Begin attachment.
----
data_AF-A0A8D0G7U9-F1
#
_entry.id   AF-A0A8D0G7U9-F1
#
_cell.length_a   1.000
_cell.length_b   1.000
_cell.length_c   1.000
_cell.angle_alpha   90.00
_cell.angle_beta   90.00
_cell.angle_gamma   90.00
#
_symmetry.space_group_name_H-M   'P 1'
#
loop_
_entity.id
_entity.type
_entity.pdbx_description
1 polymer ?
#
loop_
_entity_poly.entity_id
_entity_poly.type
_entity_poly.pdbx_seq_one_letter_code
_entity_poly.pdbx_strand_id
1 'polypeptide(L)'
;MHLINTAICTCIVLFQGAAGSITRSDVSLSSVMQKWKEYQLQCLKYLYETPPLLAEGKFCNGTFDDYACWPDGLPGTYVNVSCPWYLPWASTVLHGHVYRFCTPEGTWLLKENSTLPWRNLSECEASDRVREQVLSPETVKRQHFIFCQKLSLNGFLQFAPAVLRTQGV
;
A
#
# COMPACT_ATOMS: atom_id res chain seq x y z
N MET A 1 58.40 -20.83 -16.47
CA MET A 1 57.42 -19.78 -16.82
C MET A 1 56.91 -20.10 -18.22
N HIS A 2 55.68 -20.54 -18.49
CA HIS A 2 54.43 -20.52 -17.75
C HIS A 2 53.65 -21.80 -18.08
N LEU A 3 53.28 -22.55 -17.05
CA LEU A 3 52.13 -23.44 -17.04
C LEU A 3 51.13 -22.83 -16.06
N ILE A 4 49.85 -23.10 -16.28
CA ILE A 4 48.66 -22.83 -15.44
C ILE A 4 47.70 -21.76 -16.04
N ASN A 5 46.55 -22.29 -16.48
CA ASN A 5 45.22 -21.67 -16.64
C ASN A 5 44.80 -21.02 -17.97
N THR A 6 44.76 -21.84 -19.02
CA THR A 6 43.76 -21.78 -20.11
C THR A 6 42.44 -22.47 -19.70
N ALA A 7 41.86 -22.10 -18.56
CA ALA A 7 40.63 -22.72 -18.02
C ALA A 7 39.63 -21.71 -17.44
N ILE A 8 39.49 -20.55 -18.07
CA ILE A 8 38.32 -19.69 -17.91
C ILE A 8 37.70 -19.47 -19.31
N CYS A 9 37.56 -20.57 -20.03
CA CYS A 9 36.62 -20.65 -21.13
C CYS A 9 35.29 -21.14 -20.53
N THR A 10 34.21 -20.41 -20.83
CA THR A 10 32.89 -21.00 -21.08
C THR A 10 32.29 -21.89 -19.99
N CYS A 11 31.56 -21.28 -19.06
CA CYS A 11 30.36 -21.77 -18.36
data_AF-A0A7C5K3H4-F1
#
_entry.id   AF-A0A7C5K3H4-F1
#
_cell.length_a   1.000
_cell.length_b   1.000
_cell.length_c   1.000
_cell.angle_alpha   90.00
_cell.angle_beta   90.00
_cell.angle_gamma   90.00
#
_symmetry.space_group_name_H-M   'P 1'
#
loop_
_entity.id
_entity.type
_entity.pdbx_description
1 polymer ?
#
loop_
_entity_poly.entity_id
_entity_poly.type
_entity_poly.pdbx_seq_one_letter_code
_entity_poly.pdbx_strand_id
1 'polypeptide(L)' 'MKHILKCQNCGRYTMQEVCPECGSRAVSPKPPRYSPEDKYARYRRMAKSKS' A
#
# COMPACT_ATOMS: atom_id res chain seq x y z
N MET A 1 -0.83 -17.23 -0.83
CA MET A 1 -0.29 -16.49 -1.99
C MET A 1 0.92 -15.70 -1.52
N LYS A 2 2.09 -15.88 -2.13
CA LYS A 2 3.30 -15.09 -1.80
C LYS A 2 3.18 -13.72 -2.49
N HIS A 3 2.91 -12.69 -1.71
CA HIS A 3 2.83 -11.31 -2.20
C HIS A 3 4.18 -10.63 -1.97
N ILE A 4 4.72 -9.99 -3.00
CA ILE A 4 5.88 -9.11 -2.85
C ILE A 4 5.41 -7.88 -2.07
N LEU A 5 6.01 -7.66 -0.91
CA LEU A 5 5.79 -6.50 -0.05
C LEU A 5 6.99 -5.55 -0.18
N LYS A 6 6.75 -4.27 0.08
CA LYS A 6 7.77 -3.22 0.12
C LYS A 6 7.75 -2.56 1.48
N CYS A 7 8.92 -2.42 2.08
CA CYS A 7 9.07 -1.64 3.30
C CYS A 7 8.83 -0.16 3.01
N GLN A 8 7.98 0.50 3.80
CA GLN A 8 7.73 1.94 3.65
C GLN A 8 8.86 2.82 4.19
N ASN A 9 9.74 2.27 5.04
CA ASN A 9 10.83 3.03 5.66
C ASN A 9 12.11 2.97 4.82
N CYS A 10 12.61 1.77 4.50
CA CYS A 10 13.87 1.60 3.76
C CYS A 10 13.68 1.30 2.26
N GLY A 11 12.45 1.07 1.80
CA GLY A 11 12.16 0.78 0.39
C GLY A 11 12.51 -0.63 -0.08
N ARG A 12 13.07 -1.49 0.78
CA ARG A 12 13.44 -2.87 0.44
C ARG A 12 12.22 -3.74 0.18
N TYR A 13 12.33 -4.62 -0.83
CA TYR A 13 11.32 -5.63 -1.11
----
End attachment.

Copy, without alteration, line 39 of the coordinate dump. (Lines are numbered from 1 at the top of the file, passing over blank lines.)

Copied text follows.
C LEU A 3 51.13 -22.83 -16.06